No matter how careful you are or how long you leave it there will always be something amongst your homemade compost that has either not fully decomposed yet or that slipped in amongst the ingredients and shouldn't be there. So when your compost is ready it is best to do a little bit of sorting to remove these bits and pieces before you use it. This sorting can be a quick pick over or a serious sieving and grading depending upon how thorough you want to be and what you want to use your compost for. If you miss something when sorting it is also not a problem, it will degrade over time or turn up when you are digging or planting.
Any of the biodegradable ingredients that have not fully composted yet just need a little longer in the compost heap. It is the browns that usually surface. Larger pieces of woody stems, compacted pieces of paper and clothing are regulars for me. They get pulled out, broken down into smaller bits if necessary, (particularly compacted paper otherwise it’ll surface again next time I promise), and put back in with the next batch of compost ingredients.
Any non biodegradables, yes there will be a few items on the avoid list, need to be removed and disposed of. Regulars for me include the bits of plastic windows from envelopes and cardboard packaging, crisp packets and the foil tops from our milk bottles, the vegetable peeler that mysteriously disappeared and an anonymous thing that was the coating on a piece of packaging that the bugs can’t eat, they will work their way through anything they can. These elements will not have done any harm to your compost, as they are not biodegradable, in the short time they are in the compost heap.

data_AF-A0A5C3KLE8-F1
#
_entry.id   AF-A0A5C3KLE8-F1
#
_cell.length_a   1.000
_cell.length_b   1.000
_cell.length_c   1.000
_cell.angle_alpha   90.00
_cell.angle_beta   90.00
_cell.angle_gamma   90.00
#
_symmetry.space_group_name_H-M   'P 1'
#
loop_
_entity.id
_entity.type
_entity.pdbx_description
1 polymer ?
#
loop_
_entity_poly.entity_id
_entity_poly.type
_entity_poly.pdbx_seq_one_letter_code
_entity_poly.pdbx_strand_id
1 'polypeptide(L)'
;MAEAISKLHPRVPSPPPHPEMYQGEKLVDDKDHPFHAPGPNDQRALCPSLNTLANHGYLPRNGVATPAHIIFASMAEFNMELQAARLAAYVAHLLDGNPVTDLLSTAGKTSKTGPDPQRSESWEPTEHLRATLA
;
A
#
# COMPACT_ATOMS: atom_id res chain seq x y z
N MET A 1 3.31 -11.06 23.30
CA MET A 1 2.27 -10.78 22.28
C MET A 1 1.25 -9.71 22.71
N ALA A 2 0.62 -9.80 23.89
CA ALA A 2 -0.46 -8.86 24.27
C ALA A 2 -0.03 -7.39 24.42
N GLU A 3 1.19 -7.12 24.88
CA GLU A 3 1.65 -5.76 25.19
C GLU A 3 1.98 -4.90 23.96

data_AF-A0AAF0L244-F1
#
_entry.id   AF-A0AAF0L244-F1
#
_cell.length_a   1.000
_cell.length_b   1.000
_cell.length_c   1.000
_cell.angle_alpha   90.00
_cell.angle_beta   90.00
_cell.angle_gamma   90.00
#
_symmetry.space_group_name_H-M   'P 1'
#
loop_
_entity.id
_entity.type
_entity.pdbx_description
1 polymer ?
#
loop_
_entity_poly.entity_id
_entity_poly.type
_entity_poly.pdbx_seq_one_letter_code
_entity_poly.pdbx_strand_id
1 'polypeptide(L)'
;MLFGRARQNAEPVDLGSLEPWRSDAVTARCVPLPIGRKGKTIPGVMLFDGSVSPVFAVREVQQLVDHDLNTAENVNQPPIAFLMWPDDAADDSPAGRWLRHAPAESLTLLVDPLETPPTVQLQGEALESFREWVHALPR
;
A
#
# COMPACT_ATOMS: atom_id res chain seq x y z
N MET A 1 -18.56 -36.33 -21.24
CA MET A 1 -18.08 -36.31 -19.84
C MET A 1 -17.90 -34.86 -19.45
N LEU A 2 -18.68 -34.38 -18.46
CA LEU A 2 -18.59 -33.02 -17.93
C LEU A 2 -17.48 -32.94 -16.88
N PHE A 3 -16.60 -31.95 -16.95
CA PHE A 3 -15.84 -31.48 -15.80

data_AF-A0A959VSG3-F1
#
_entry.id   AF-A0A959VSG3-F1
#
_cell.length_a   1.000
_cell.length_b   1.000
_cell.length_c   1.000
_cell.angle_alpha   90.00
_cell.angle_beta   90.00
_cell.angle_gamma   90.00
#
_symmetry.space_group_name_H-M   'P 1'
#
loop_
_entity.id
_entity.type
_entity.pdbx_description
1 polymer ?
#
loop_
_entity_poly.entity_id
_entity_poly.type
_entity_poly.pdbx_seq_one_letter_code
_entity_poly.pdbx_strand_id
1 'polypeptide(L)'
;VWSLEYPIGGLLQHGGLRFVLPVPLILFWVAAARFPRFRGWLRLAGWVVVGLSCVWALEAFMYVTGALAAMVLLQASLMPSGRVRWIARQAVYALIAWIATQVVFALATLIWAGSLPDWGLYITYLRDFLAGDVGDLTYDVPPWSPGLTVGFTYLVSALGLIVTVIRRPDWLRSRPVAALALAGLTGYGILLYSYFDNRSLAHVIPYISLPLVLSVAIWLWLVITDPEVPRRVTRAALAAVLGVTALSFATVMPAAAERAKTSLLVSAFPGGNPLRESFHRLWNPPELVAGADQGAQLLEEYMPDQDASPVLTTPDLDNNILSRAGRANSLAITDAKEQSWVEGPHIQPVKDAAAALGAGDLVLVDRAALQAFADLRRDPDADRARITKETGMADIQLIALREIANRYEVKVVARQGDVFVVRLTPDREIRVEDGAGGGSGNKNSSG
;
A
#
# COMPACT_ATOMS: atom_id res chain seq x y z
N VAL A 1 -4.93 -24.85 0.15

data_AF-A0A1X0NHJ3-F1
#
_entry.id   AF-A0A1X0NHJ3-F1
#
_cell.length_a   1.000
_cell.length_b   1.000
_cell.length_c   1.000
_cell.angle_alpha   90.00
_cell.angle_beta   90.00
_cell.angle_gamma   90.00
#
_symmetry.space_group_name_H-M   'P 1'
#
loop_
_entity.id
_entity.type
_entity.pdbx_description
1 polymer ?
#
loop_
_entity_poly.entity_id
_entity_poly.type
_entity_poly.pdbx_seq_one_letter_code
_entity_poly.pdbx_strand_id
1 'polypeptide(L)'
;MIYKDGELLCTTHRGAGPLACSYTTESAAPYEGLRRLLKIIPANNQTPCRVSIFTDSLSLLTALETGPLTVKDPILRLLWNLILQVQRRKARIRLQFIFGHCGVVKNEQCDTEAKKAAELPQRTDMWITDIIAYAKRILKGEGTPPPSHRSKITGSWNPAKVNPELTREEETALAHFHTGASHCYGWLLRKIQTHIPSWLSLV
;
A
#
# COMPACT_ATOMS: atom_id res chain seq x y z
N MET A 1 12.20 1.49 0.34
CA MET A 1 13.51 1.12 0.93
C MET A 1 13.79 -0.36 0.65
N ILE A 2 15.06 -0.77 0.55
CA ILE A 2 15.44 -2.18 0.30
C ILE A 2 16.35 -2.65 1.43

If you are looking for different grades of compost for specific jobs, or really don’t want to dig in any of those odds and ends that slip through, then you will need to get busy with a sieve. There are many types of sieve commercially available, including;
- hand held varieties, which involve plenty of effort on your part,
- semi automated shakers which are still manual but involve a little less effort
- fully mechanised varieties that will do the job for you.
The sieving system best suited to you will depend upon the volume of material you have to sort and the energy you have available. A garden fork does for me most of the time, I can’t be bothered to sieve. My seedlings don’t get any special treatment and don’t appear to suffer for it.
If you have any questions please ask me.